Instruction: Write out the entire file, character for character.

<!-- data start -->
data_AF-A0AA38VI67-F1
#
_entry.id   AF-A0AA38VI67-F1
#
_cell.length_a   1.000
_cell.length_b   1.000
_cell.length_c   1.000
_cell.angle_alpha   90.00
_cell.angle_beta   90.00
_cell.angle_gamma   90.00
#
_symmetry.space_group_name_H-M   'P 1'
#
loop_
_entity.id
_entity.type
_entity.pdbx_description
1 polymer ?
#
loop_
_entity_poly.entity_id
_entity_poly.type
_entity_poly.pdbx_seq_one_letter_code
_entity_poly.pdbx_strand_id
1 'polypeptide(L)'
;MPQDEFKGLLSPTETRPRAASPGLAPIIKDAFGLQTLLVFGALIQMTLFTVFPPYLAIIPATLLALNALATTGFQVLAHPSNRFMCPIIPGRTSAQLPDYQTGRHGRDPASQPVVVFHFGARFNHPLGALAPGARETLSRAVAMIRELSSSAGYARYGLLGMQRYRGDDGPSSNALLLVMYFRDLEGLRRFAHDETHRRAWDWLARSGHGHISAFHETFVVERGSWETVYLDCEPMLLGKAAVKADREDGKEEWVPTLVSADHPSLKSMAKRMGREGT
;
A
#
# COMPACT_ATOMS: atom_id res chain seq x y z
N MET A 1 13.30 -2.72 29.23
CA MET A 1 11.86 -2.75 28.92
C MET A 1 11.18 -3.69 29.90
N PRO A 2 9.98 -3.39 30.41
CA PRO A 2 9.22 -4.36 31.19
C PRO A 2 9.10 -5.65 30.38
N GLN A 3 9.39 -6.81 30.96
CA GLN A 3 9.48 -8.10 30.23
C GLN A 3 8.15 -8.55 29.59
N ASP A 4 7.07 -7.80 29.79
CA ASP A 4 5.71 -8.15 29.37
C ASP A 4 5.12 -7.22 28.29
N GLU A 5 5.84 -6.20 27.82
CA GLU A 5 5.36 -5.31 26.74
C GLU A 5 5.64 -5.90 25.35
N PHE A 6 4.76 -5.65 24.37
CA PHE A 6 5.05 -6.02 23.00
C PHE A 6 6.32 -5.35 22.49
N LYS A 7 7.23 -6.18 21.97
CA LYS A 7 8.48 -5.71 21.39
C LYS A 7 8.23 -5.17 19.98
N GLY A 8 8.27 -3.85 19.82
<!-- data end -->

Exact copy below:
data_AF-A0AA38VI67-F1
#
_entry.id   AF-A0AA38VI67-F1
#
_cell.length_a   1.000
_cell.length_b   1.000
_cell.length_c   1.000
_cell.angle_alpha   90.00
_cell.angle_beta   90.00
_cell.angle_gamma   90.00
#
_symmetry.space_group_name_H-M   'P 1'
#
loop_
_entity.id
_entity.type
_entity.pdbx_description
1 polymer ?
#
loop_
_entity_poly.entity_id
_entity_poly.type
_entity_poly.pdbx_seq_one_letter_code
_entity_poly.pdbx_strand_id
1 'polypeptide(L)'
;MPQDEFKGLLSPTETRPRAASPGLAPIIKDAFGLQTLLVFGALIQMTLFTVFPPYLAIIPATLLALNALATTGFQVLAHPSNRFMCPIIPGRTSAQLPDYQTGRHGRDPASQPVVVFHFGARFNHPLGALAPGARETLSRAVAMIRELSSSAGYARYGLLGMQRYRGDDGPSSNALLLVMYFRDLEGLRRFAHDETHRRAWDWLARSGHGHISAFHETFVVERGSWETVYLDCEPMLLGKAAVKADREDGKEEWVPTLVSADHPSLKSMAKRMGREGT
;
A
#
# COMPACT_ATOMS: atom_id res chain seq x y z
N MET A 1 13.30 -2.72 29.23
CA MET A 1 11.86 -2.75 28.92
C MET A 1 11.18 -3.69 29.90
N PRO A 2 9.98 -3.39 30.41
CA PRO A 2 9.22 -4.36 31.19
C PRO A 2 9.10 -5.65 30.38
N GLN A 3 9.39 -6.81 30.96
CA GLN A 3 9.48 -8.10 30.23
C GLN A 3 8.15 -8.55 29.59
N ASP A 4 7.07 -7.80 29.79
CA ASP A 4 5.71 -8.15 29.37
C ASP A 4 5.12 -7.22 28.29
N GLU A 5 5.84 -6.20 27.82
CA GLU A 5 5.36 -5.31 26.74
C GLU A 5 5.64 -5.90 25.35
N PHE A 6 4.76 -5.65 24.37
CA PHE A 6 5.05 -6.02 23.00
C PHE A 6 6.32 -5.35 22.49
N LYS A 7 7.23 -6.18 21.97
CA LYS A 7 8.48 -5.71 21.39
C LYS A 7 8.23 -5.17 19.98
N GLY A 8 8.27 -3.85 19.82